What Could Be The Sentencing Possibilities For A First Time Offender In Texas Possession Drug Free Zone?

What are the guidelines or average sentence for a first time offender, Texas, in a Drug Free Zone, Possession of Methamphetamine over 1 gram but less than 200? Thank You for your informed input.Any web links I could go to to research this? Thanks!

3 Answers

  • 1 decade ago
    Favorite Answer

    On November 7, 2006, the US Department of Justice declared that November 30, 2006 be Methamphetamine Awareness Day

    Penalty Group Examples of Drugs/Controlled Substances

    1 Cocaine, heroin, methamphetamine, GHB, ketamine, oxycodone and hydrocodone.

    Penalty Group 1

    Weight Classification Penalty

    Less than one gram

    State jail felony

    180 days to 2 years in a state jail and/or a fine of not more than $10,000

    1 gram or more, less than 4 grams

    Third-degree felony

    2 to 10 years in a state prison and/or a fine of not more than $10,000

    4 grams or more, but less than 200 grams

    Second-degree felony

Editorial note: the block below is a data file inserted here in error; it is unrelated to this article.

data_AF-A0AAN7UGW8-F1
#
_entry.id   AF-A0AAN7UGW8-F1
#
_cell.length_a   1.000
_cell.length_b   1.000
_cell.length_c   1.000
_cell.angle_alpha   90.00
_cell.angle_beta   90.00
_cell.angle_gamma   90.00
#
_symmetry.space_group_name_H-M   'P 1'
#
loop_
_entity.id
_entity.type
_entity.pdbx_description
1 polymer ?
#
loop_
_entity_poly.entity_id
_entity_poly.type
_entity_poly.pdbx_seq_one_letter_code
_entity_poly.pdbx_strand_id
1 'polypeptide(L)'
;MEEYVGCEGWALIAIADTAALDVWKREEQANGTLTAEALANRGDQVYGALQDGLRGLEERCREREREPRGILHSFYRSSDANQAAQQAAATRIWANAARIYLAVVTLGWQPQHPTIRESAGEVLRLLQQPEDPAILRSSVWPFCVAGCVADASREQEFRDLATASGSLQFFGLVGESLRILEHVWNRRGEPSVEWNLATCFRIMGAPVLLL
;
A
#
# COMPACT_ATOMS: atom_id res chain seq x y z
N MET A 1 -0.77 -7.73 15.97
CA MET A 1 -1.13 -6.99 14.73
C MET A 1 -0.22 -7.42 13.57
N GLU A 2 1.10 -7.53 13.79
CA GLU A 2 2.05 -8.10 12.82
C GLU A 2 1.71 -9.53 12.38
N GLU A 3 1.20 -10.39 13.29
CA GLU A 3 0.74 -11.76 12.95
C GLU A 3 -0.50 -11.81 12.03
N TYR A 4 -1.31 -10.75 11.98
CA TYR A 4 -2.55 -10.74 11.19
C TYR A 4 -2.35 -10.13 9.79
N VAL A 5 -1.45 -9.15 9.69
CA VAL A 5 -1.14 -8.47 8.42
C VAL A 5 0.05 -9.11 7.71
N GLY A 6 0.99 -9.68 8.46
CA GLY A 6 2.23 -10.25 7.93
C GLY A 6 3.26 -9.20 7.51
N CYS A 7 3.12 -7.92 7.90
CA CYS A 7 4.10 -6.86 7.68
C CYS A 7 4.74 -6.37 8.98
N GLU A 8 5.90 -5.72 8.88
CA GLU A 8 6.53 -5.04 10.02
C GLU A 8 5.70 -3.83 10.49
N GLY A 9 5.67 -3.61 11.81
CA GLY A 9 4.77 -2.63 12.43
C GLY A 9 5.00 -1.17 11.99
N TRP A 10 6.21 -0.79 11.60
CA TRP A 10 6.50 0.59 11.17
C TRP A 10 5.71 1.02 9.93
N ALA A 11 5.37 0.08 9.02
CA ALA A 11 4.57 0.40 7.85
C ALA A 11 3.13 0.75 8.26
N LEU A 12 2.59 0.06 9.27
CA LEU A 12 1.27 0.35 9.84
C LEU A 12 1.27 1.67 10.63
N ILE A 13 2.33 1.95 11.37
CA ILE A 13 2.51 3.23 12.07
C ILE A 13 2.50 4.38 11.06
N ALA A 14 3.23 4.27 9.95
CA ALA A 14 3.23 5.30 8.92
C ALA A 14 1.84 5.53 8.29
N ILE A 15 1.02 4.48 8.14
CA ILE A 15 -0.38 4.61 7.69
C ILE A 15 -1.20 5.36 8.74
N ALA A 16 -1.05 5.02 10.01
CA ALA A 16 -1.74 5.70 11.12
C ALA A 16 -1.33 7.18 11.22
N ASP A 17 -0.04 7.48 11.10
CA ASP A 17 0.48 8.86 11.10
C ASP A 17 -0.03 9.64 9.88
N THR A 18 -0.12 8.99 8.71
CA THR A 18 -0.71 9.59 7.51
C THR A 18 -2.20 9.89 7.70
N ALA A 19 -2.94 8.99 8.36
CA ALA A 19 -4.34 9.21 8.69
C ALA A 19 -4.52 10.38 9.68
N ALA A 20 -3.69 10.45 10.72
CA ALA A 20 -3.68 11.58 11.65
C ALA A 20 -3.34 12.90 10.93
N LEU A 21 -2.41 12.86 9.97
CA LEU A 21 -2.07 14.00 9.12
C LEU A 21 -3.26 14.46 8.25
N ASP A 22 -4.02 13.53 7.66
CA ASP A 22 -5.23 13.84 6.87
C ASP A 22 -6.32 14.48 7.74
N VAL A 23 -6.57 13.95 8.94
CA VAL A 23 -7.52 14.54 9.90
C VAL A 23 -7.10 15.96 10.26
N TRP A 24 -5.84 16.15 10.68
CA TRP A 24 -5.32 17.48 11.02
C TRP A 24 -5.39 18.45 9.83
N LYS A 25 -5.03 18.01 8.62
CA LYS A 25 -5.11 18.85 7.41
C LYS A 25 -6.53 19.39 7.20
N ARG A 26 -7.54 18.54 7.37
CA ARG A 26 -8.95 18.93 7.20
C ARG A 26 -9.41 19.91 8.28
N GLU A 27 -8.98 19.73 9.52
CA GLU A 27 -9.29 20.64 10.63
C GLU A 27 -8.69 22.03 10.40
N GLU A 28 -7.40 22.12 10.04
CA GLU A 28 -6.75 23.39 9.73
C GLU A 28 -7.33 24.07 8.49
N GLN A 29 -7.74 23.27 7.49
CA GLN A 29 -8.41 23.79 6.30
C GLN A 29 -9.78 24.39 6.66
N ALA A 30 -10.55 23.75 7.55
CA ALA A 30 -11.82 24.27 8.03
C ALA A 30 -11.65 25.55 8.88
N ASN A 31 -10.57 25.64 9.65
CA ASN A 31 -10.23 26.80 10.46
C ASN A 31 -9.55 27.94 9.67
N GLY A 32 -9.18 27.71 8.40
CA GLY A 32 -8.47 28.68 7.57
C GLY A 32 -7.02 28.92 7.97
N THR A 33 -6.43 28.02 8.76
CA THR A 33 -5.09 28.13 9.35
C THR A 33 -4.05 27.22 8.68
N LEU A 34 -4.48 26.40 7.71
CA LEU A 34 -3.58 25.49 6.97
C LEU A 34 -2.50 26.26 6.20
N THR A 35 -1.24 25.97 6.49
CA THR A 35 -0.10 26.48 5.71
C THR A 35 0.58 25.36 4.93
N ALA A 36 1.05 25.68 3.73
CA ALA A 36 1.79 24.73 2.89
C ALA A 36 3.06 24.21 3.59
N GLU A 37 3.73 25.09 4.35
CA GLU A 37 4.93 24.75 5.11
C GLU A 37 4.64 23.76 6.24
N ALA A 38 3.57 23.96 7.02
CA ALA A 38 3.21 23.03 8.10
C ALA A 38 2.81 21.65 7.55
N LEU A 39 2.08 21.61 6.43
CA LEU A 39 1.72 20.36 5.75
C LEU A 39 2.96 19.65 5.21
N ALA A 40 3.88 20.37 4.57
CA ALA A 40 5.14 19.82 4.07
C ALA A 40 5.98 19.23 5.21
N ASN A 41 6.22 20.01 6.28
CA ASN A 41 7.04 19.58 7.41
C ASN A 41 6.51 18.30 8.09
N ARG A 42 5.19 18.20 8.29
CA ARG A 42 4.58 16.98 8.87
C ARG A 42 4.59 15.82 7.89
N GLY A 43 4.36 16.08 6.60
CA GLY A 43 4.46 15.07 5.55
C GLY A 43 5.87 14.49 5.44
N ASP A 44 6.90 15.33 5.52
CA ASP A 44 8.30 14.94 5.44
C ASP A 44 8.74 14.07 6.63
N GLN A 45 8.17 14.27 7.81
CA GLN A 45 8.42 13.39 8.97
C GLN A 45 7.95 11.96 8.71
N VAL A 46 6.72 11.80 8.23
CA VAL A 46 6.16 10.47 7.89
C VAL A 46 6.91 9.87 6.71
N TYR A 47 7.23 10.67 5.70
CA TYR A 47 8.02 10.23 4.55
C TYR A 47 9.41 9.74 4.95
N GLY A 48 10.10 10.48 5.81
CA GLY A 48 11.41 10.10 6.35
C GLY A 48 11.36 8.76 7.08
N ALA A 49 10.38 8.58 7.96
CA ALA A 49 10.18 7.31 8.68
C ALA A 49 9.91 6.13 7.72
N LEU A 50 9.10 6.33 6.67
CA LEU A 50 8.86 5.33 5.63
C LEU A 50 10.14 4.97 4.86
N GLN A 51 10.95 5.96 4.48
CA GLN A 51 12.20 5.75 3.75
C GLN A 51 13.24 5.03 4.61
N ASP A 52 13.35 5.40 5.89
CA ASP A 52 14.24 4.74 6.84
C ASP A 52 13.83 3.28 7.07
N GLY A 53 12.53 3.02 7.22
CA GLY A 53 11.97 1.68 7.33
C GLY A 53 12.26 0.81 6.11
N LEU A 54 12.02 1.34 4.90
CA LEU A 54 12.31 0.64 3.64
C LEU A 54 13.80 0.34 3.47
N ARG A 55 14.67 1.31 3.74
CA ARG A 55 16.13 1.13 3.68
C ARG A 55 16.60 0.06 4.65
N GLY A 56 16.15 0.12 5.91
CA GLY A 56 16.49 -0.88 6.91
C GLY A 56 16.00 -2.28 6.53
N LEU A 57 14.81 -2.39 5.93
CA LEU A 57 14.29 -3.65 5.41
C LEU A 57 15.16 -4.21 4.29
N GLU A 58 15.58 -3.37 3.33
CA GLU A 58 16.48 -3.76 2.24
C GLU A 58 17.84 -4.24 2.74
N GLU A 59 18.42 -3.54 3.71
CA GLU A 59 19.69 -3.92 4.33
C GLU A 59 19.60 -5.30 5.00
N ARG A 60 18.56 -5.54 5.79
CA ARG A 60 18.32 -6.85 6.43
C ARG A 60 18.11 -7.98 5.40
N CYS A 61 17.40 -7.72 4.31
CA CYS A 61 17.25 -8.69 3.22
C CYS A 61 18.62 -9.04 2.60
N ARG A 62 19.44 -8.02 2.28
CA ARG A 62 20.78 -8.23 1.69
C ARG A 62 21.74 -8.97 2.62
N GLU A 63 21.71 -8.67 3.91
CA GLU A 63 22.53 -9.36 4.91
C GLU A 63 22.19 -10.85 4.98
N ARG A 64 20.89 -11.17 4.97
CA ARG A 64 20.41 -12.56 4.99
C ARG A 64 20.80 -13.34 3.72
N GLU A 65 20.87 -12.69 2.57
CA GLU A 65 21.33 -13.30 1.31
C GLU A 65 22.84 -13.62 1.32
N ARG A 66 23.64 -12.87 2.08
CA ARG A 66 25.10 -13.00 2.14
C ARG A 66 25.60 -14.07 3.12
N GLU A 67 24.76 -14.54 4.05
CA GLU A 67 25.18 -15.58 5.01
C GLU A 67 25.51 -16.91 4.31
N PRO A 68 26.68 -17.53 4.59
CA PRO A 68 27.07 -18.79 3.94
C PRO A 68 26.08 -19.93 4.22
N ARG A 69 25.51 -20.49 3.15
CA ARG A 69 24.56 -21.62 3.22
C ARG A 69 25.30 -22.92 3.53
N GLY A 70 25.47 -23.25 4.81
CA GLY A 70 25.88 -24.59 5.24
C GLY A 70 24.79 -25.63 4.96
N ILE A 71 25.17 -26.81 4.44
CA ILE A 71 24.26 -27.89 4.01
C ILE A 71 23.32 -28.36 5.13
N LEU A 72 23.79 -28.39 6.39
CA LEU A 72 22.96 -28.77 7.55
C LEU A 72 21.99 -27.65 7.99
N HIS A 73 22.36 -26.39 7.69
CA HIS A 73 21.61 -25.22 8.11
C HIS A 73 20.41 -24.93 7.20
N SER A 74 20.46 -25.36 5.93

2 to 20 years in a state prison and/or a fine of not more than $10,000

    200 grams or more, but less than 400 grams

    First-degree felony

    5 to 99 years in a state prison and/or a fine of not more than $10,000

    400 grams or more

    Enhanced first-degree felony

    10 to 99 years and a fine of not more than $100,000

    Charging the drug-free zone is the most difficult and most important step in the process. There are four variables to account for to determine when and how to use the statute. The first is to determine which penalty group your controlled substance fits into and how much of the substance is involved. Next, what conduct has the defendant committed, i.e., possession, delivery, or possession with the intent to deliver? Third, what location will be alleged as the source of your drug free zone? Lastly, what distance from the source location is involved?

    The first three variables are relatively easy. What kind of controlled substance is involved, its quantity, and the defendant’s conduct (possession or delivery) are the standard basis of any drug prosecution. Your charging instrument should read like any other possession or delivery case.

    The drug free zone is where we run into some confusion. The notice of a DFZ is generally considered an enhancement provision and therefore may be given either in the indictment itself or by filing a separate notice with the trial court, similar to giving notice of intent to seek a deadly weapon finding. However, this is not true if the offense you are alleging is defined in either §481.134(b) or (d); to punish the state jail felony offenses listed in those subsections as 3rd-degree felonies, the DFZ must be alleged in the indictment7 because the courts have held that offenses that fit into the provision of subsections (b) or (d) are separate and distinct 3rd-degree felonies and not enhanced versions of the offenses listed in those sections.8